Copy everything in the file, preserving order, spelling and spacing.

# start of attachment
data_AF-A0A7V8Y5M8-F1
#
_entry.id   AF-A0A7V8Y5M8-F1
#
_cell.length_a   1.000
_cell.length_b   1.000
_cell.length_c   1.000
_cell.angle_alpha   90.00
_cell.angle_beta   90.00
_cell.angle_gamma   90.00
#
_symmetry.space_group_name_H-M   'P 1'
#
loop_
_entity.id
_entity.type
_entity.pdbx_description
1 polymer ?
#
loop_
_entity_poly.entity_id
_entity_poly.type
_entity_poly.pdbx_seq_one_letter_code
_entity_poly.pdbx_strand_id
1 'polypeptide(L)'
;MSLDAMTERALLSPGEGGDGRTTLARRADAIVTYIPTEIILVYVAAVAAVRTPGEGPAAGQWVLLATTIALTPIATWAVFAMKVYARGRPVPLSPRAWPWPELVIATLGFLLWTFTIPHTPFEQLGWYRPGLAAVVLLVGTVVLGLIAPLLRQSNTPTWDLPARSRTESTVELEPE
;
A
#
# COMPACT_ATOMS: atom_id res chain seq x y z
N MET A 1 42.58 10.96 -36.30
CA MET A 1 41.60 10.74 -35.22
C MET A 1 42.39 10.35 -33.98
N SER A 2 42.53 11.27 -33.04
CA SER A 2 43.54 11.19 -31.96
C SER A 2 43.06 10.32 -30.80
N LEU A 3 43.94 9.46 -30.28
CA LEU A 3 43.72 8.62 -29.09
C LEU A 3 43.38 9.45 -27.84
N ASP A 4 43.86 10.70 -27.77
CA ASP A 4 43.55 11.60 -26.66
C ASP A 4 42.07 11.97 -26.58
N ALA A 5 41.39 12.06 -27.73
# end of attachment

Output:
data_AF-A0A7V8Y5M8-F1
#
_entry.id   AF-A0A7V8Y5M8-F1
#
_cell.length_a   1.000
_cell.length_b   1.000
_cell.length_c   1.000
_cell.angle_alpha   90.00
_cell.angle_beta   90.00
_cell.angle_gamma   90.00
#
_symmetry.space_group_name_H-M   'P 1'
#
loop_
_entity.id
_entity.type
_entity.pdbx_description
1 polymer ?
#
loop_
_entity_poly.entity_id
_entity_poly.type
_entity_poly.pdbx_seq_one_letter_code
_entity_poly.pdbx_strand_id
1 'polypeptide(L)'
;MSLDAMTERALLSPGEGGDGRTTLARRADAIVTYIPTEIILVYVAAVAAVRTPGEGPAAGQWVLLATTIALTPIATWAVFAMKVYARGRPVPLSPRAWPWPELVIATLGFLLWTFTIPHTPFEQLGWYRPGLAAVVLLVGTVVLGLIAPLLRQSNTPTWDLPARSRTESTVELEPE
;
A
#
# COMPACT_ATOMS: atom_id res chain seq x y z
N MET A 1 42.58 10.96 -36.30
CA MET A 1 41.60 10.74 -35.22
C MET A 1 42.39 10.35 -33.98
N SER A 2 42.53 11.27 -33.04
CA SER A 2 43.54 11.19 -31.96
C SER A 2 43.06 10.32 -30.80
N LEU A 3 43.94 9.46 -30.28
CA LEU A 3 43.72 8.62 -29.09
C LEU A 3 43.38 9.45 -27.84
N ASP A 4 43.86 10.70 -27.77
CA ASP A 4 43.55 11.60 -26.66
C ASP A 4 42.07 11.97 -26.58
N ALA A 5 41.39 12.06 -27.73